Aid for non-citizens

Legal aid is available to anyone who lives in South Africa (not only South African citizens) if the case:

  • Is criminal
  • Involves children
  • Asylum seekers – Legal aid is available to Asylum seekers applying or intending to apply for Asylum under Chapters 3 and 4 of the Refugees Act 130 of 1998.

In civil cases legal aid is not available to non-citizens.

You don’t pay for legal aid
If you qualify for legal aid, and LASA has agreed to represent you, you will not have to pay for anything. In fact, Legal Aid South Africa lawyers may not ask or be paid any money when they assist you with your case.

We also consider special legal cases

Legal Aid South Africa tries to help as many people who can’t afford help as possible. From time to time, opportunities arise for us to take on legal work that has the potential to positively change the lives of a far larger number of people than just the person that we provide legal assistance to.

If you would like some legal advice prior to you contacting LASA, then please post your legal question here and one of our attorneys will assist you.

The Children’s Act 38 of 2005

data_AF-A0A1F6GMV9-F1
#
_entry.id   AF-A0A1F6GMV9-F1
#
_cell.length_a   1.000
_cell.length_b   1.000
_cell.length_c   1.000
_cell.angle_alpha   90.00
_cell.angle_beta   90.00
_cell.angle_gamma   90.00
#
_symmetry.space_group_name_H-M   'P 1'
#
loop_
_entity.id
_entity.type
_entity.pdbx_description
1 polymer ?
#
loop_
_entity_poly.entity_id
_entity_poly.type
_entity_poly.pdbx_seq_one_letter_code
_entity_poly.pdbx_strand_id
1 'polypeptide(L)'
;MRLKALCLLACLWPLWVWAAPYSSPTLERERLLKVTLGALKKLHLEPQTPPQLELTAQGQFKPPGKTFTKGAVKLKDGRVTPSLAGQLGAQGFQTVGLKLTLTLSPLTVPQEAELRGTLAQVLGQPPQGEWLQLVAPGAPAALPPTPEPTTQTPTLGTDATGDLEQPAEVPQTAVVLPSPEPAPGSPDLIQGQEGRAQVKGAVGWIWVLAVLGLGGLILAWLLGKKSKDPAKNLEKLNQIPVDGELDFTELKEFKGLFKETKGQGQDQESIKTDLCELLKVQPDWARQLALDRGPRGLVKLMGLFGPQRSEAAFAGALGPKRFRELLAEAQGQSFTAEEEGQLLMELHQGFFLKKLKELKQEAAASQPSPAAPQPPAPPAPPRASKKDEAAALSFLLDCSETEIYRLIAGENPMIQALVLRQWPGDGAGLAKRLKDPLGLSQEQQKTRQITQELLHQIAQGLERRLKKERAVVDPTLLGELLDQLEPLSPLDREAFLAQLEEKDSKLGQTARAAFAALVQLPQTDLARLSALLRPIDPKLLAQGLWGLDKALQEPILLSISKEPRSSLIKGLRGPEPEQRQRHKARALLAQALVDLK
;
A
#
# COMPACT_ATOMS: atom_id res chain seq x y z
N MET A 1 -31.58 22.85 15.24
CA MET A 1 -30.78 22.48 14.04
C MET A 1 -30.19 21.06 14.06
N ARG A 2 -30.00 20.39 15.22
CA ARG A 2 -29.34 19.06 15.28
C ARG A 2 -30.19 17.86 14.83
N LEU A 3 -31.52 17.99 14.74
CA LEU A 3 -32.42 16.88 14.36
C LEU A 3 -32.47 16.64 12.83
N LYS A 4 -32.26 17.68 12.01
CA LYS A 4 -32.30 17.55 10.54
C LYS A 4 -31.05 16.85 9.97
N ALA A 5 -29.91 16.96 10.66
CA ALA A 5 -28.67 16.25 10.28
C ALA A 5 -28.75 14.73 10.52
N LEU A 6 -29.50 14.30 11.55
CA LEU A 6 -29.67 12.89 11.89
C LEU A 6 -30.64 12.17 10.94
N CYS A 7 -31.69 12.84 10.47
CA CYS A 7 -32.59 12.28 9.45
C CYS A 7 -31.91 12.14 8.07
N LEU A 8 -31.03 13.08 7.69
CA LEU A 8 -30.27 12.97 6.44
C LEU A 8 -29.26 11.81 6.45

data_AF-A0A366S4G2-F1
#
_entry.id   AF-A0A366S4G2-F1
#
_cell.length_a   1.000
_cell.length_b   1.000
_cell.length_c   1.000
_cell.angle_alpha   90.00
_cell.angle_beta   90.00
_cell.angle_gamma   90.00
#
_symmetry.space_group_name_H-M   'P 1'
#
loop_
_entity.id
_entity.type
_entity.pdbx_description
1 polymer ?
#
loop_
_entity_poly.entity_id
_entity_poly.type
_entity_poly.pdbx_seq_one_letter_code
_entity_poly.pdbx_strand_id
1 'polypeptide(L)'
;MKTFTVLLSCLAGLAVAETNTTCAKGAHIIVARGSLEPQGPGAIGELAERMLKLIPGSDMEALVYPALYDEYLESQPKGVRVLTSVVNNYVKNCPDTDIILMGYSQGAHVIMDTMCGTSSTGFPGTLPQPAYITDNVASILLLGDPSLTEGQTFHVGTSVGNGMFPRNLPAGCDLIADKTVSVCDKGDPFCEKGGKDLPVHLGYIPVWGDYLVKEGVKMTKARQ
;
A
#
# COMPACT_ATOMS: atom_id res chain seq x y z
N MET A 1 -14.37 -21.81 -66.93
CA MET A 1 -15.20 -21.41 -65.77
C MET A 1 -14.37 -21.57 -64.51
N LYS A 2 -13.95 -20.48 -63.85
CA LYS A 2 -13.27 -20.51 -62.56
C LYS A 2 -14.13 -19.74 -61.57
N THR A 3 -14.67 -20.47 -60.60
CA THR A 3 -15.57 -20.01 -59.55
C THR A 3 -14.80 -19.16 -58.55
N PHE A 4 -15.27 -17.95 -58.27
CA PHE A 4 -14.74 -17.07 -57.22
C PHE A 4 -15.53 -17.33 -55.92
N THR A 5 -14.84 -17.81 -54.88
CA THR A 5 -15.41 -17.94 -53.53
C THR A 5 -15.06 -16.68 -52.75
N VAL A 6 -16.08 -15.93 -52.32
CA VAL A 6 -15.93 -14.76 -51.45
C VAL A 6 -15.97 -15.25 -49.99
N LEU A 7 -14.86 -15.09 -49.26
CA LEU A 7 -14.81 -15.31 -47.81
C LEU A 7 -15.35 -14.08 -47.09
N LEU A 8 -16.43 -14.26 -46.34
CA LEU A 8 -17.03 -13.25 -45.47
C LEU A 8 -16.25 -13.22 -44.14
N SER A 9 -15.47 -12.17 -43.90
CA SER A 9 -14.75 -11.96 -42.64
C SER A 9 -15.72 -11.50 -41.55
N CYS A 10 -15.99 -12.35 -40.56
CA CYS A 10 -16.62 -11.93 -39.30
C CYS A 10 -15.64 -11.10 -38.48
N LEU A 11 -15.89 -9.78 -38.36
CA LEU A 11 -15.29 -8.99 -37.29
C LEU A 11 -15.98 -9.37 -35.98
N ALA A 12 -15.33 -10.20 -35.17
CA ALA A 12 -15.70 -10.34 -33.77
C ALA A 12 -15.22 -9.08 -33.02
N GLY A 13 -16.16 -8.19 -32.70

The Children’s Act 38 of 2005 has influenced not only the rights of children and parents, but also the way in which any disputes in this area are dealt with in practice. Our courts have also had to move away from certain traditional prejudices, and embrace the new approach to these legal proceedings set out by the Act.

The main purposes of the Act are detailed in the preamble as:

– To give effect to certain rights of children as contained in the Constitution;
– To set out principles relating to the care and protection of children;
– To define parental responsibilities and rights
– To make further provision regarding children’s courts
– To provide for the issuing of contribution orders;
– To make new provisions for the adoption of children;
– To provide for inter-country adoption;
– To Prohibit child abduction and to give effect to the Hague Convention on International Child Abduction;
– To provide for surrogate mothergood;